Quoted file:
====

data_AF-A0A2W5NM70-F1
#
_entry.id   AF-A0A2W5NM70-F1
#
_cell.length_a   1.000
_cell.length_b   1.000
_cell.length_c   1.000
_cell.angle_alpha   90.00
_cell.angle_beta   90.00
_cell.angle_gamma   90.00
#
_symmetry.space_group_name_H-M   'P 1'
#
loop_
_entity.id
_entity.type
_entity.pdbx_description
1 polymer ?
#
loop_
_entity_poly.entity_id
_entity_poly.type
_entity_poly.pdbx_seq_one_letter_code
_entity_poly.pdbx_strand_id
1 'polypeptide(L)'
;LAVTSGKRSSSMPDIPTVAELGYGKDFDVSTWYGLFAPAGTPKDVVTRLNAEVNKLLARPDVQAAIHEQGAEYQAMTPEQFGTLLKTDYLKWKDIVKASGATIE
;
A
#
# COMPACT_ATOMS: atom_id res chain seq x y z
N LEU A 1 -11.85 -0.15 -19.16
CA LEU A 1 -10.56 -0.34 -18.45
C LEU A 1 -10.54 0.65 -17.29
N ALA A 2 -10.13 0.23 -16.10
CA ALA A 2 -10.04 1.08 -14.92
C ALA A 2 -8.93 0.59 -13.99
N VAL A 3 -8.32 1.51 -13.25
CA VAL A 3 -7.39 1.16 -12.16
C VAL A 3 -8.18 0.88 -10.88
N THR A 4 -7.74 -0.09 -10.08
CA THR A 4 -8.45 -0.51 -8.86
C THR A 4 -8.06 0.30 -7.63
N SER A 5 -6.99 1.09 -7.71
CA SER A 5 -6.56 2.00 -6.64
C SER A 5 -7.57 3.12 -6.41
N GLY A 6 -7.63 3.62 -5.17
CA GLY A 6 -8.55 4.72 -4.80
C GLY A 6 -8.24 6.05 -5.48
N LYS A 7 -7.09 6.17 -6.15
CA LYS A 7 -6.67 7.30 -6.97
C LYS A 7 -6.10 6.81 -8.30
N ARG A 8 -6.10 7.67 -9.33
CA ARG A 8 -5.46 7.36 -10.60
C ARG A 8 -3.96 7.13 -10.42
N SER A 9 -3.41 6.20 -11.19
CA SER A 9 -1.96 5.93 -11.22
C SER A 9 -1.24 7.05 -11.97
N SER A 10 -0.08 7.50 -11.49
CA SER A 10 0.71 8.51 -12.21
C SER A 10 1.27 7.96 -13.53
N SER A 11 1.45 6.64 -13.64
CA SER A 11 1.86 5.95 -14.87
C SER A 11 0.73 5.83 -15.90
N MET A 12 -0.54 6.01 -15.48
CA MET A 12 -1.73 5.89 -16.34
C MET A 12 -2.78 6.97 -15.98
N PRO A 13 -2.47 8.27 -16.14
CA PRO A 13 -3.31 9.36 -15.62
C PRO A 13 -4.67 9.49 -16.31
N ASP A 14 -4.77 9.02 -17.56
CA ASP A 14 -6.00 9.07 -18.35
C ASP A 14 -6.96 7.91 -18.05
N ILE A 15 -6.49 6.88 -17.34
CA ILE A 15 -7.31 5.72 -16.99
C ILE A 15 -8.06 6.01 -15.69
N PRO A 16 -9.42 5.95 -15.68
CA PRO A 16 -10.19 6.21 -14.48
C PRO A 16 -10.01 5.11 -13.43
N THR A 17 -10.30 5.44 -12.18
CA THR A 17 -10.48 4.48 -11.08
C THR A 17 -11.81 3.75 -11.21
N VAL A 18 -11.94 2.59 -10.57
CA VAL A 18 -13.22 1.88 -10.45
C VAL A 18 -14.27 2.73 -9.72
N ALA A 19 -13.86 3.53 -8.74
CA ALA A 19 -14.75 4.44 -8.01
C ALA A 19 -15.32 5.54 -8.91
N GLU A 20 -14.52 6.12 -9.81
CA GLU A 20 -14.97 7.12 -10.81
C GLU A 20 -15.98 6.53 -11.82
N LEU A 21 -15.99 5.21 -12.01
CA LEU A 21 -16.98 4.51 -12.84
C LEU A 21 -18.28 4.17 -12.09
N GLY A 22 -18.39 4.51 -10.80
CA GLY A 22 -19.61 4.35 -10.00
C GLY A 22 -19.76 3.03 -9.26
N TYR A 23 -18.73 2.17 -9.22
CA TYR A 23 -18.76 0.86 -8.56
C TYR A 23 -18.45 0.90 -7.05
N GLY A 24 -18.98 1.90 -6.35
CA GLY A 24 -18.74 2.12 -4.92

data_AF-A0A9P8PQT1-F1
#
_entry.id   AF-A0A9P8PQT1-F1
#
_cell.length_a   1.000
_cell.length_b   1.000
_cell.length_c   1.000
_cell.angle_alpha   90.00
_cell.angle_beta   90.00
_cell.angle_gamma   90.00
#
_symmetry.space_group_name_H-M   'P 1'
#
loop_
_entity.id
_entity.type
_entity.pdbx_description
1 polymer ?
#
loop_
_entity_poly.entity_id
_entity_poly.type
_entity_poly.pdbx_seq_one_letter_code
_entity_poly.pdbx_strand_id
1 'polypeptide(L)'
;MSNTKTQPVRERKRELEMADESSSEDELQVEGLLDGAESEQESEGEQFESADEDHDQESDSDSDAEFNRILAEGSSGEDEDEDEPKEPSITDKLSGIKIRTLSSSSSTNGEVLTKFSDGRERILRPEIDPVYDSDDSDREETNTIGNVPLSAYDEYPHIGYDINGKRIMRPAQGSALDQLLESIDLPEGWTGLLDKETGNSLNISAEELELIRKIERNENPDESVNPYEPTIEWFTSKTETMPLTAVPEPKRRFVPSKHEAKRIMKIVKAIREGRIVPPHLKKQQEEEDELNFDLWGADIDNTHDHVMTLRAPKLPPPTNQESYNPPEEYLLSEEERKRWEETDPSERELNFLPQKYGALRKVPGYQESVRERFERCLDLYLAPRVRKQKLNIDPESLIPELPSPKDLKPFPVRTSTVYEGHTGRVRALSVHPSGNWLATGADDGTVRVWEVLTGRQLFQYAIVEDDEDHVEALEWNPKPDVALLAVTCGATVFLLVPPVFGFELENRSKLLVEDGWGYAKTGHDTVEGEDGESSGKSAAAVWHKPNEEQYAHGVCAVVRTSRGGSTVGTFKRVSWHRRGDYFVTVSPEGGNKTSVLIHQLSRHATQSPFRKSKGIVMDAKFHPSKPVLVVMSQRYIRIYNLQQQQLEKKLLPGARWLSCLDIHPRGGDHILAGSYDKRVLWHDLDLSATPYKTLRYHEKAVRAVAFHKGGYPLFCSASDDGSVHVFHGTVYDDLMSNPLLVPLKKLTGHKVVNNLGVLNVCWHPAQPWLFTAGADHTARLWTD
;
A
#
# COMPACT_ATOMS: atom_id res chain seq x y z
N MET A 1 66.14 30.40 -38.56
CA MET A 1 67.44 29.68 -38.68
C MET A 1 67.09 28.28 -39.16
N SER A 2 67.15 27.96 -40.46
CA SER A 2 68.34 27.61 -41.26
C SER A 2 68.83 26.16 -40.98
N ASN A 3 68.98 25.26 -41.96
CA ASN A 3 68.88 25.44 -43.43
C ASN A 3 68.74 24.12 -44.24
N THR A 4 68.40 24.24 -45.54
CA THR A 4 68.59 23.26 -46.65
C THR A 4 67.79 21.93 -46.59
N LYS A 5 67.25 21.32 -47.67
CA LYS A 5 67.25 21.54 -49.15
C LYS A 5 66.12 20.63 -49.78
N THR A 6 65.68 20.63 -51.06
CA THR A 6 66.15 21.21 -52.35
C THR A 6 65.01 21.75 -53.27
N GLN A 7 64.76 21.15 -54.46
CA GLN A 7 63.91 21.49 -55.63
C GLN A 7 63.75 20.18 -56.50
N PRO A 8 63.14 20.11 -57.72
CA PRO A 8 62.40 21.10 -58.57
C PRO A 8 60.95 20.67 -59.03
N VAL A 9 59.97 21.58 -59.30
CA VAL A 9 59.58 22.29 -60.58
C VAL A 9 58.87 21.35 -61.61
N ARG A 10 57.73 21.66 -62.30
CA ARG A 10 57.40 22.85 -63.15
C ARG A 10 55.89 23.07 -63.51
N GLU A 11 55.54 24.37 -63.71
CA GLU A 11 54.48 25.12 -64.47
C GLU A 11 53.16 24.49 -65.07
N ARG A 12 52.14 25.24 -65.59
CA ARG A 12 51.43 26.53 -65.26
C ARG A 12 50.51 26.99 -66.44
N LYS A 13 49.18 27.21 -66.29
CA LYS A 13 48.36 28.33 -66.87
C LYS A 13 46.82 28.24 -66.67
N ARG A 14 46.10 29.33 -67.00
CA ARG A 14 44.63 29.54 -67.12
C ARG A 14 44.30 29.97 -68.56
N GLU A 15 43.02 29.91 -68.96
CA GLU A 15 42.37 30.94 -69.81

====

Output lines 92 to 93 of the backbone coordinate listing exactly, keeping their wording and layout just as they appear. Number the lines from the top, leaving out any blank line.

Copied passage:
CA LEU A 21 -16.98 4.51 -12.84
C LEU A 21 -18.28 4.17 -12.09